Thursday, December 16, 2004

From the Mail: To Be Is to Be the Value of a Variable

I enjoyed, and generally agreed with your papers about "existence". I think you are right that the Fregean account of existential statements is blatantly circular. To be is to be the value of a variable. But (if you take that seriously) Pegasus is such a value.

I touch on this in a review here. Read from the bit "Asserting "John is happy" ...".


Dean Buckner

Thanks for writing, Mr. Buckner. You apparently take me to be rejecting the Fregean account of existence in favor of the Quinean. But I reject both. See "A Tension in Quine's Theory of Existence," PHILO, vol. 6, no. 2 (Fall-Winter 2003), pp. 193-204. Available here. Suppose we briefly revisit Quine's famous explication (as he calls it) of 'a exists,' to wit:

1. a exists =df (Ex)(x = a).

In something more like English, an arbitrary individual a exists if and only if there exists something to which it is identical. This too is blatantly circular if (1) is evaluated relative to a domain of existing items. For then what it boils down to is that a exists iff a is identical to something that exists. And that makes for a circle the diameter of which is embarrassingly short.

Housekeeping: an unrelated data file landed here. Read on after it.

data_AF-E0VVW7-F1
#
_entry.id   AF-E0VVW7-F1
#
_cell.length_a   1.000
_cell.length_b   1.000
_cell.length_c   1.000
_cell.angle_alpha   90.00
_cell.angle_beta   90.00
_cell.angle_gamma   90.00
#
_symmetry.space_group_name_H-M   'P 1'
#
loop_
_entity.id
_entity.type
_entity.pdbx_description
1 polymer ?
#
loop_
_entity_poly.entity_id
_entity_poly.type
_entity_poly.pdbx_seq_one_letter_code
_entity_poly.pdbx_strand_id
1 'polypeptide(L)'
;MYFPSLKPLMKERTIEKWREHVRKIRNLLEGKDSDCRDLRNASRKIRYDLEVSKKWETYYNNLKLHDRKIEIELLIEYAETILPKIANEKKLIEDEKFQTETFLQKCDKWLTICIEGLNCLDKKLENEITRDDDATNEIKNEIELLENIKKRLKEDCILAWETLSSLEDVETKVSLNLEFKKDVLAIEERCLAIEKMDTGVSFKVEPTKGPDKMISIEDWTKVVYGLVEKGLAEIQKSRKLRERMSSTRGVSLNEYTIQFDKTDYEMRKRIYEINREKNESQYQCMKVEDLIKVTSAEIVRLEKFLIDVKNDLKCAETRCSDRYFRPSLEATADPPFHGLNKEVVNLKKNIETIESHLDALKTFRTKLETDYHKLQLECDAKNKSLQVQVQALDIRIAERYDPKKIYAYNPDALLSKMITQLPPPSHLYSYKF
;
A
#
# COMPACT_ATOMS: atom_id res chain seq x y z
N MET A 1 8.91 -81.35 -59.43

If, on the other hand, (1) is evaluated relative to a domain of nonexistent objects, then (1) comes out obviously false. Pegasus is the value of the bound variable 'x' in '(Ex)(x = Pegasus),' but Pegasus does not exist.

There is not much to choose as between vicious circularity and falsehood.

Of course, one could take '= a' as an unanalyzable unit, and thus as the haecceity-property, identity-with-a, or a-ness, if you will, in which case (1) becomes

1.' a exists =df (Ex)Ax,

where 'A' denotes the haecceity-property, a-ness. This avoids the circularity of saying that a exists iff a is identical to something that exists. But this move brings us back to something like Frege's instantiation account with its attendant circularity. Besides, there are no haecceity-properties as I argue in A Paradigm Theory of Existence (Kluwer 2002), pp. 99-103.

There is a lot more to be said, but there is no point in repeating what I have said in my published papers.